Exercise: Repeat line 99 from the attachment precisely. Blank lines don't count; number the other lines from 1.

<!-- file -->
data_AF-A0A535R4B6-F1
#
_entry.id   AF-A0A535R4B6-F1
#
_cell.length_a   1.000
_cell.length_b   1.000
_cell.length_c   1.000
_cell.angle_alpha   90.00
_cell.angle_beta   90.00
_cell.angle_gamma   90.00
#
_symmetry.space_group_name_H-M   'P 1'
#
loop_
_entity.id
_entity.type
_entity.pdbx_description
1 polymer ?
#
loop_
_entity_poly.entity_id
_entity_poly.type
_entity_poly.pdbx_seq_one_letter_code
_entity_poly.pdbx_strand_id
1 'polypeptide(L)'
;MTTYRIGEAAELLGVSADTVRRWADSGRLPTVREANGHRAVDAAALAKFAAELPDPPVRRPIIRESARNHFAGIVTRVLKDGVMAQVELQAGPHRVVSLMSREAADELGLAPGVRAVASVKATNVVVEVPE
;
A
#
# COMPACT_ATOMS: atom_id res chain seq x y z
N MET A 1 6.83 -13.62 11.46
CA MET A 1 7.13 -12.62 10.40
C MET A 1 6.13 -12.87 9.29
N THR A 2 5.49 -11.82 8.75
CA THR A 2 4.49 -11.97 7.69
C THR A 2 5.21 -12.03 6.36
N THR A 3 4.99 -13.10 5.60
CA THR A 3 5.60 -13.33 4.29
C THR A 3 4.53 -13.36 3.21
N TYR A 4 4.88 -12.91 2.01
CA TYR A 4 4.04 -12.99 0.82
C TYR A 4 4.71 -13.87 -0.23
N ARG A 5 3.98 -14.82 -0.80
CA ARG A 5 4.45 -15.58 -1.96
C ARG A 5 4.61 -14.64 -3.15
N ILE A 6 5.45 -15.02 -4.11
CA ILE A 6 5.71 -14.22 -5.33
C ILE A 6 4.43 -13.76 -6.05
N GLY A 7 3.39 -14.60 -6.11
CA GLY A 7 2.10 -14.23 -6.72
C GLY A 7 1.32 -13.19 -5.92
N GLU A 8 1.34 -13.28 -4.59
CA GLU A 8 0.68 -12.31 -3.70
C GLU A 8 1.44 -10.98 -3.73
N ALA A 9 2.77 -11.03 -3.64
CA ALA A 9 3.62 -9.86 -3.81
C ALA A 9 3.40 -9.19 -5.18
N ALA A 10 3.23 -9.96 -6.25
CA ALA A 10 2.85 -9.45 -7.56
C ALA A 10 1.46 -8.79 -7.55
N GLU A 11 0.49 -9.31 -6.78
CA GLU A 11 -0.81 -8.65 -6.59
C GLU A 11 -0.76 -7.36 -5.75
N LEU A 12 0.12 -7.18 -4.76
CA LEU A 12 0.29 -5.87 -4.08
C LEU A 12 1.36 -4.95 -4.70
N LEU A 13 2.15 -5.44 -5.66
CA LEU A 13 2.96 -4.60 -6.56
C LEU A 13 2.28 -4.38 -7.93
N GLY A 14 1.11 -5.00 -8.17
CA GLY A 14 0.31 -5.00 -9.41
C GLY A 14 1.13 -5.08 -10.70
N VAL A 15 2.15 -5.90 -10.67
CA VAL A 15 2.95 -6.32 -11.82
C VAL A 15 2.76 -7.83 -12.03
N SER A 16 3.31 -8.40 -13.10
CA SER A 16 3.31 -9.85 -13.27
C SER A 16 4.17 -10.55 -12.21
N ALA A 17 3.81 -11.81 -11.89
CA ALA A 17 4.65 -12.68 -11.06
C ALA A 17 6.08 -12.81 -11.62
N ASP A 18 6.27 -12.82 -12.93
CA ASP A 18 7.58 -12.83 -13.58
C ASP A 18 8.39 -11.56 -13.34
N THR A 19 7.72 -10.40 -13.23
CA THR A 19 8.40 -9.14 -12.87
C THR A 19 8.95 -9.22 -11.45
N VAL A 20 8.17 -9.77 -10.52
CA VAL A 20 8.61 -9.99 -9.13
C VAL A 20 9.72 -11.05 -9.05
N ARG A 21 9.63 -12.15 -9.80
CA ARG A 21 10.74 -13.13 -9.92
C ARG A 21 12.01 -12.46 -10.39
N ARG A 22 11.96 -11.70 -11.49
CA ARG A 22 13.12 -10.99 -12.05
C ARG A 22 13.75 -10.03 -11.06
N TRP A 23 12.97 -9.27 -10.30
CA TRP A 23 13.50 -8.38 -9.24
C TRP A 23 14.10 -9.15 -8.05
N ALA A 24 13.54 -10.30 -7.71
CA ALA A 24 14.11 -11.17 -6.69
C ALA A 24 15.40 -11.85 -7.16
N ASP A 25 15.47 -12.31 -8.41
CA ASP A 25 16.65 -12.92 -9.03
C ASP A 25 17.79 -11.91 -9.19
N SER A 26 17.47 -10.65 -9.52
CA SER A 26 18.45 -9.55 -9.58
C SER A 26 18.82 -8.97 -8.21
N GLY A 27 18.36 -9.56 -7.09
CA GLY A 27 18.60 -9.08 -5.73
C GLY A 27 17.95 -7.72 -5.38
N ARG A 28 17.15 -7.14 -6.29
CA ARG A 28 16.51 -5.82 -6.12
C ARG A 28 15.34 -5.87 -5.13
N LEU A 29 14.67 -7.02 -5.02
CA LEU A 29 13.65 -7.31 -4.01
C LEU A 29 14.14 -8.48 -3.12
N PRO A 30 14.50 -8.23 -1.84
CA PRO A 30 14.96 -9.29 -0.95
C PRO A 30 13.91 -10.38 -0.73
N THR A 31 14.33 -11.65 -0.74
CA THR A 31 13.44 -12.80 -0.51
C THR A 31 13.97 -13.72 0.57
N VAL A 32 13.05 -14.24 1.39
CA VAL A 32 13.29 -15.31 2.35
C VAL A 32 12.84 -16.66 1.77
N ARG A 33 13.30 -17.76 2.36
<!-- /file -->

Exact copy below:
C TRP A 23 14.10 -9.15 -8.05